SANTA FE ― The New Mexico Judiciary will reduce spending by about a half million dollars a year by lowering the mileage reimbursement rate for travel by judges, staff, jurors, interpreters and court-ordered witnesses.
The Supreme Court ordered the reduction to address a state budget shortfall for the 2017 fiscal year, which started in July.
Effective Oct. 1, the payment rate will be reduced from 46 cents to 29 cents a mile for employees using a privately owned vehicle for travel on court-related business. The reimbursement of 46 cents a mile followed a regulation established by the state Department of Finance and Administration.
Jurors, interpreters and court-ordered witnesses accounted for the largest portion of mileage payments in the 2016 budget year, about $1.5 million. Jurors receive mileage payments for traveling from their homes to the courthouse. Interpreters are reimbursed for travel in a private vehicle to a courthouse for hearings and trials.
The Legislature is expected to meet in a special session to consider cutting the state budget to offset a shortfall from lower-than-anticipated revenues.
Chief Justice Charles Daniels, in a letter sent last week to Gov. Susana Martinez and state legislators, said the Judiciary’s “ability to protect public safety and provide an acceptable justice system for our citizens will be critically diminished by reductions of our current modest appropriations beyond an additional 1%.”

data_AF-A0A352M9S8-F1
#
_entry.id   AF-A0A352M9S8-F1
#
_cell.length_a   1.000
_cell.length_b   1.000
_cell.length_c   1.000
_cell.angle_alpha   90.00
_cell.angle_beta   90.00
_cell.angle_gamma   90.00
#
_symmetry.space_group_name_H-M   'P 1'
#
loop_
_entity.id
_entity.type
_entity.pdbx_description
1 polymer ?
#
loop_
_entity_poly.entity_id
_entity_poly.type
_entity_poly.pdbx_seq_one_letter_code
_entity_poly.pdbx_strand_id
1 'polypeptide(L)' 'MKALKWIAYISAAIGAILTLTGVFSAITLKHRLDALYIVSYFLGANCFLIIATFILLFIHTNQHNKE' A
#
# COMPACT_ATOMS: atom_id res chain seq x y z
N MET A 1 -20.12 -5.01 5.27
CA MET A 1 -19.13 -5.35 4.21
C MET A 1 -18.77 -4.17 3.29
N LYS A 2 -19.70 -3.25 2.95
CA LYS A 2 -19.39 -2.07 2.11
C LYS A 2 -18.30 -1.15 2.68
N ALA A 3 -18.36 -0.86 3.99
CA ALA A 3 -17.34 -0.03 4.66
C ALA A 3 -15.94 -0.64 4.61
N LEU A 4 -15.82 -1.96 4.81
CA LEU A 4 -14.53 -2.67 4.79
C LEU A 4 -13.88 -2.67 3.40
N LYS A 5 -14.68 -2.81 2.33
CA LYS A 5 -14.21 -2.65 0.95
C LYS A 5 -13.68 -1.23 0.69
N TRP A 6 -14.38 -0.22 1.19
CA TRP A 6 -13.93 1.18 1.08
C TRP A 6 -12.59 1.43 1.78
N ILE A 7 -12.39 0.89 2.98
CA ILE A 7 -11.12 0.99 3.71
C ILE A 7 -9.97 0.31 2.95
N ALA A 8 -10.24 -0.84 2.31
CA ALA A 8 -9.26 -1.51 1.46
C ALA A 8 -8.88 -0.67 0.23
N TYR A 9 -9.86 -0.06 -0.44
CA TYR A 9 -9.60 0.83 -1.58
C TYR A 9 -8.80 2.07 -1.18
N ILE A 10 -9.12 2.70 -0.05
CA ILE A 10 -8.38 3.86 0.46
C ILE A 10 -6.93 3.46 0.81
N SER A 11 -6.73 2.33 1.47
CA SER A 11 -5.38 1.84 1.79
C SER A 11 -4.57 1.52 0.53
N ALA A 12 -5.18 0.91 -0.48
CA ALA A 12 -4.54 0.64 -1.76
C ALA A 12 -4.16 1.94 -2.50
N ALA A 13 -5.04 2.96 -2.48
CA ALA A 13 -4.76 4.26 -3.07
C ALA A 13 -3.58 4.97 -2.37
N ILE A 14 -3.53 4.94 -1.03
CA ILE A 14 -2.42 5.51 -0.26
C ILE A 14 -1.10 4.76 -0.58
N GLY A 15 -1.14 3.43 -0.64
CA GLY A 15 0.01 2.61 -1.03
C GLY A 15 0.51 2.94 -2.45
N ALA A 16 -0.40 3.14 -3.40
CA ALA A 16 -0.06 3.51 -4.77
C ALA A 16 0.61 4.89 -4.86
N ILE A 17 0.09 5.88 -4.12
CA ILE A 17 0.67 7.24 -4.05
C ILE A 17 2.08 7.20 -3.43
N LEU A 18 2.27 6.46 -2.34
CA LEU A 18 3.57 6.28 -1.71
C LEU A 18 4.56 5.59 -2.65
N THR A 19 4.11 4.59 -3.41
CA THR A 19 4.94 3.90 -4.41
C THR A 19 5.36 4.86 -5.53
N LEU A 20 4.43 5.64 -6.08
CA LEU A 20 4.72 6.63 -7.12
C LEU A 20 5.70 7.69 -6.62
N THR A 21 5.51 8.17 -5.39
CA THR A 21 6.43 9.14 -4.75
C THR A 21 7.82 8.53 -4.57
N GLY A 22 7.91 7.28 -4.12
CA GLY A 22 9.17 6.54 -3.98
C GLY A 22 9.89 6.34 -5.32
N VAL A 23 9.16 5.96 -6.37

The Chief Justice said courts could be forced to close to the public for periods of times and court employees might be furloughed if the Judiciary’s budget was cut by more than 1 percent across the board.
The current FY17 budget allocates about $161 million for the state court system. That represents a 6.17 percent increase since the 2009 fiscal year, when the state budget was reduced in response to a national recession. The state’s general fund budget has grown 6.24 percent from the 2009 to 2017 fiscal years.
Appropriations for the Judiciary currently account for 2.58 percent of the state’s general fund budget. That is unchanged from 2.59 percent in the 2009 fiscal year and down from a 2.76 percent share of the state budget in the 2010 fiscal year.
The Judiciary’s budget covers operations of the Supreme Court, Court of Appeals, district courts in the state’s 13 judicial districts, the Bernalillo County Metropolitan Court, four dozen magistrate courts statewide, the Administrative Office of the Courts, the Supreme Court Law Library, the New Mexico Compilation Commission and the Supreme Court Building Commission.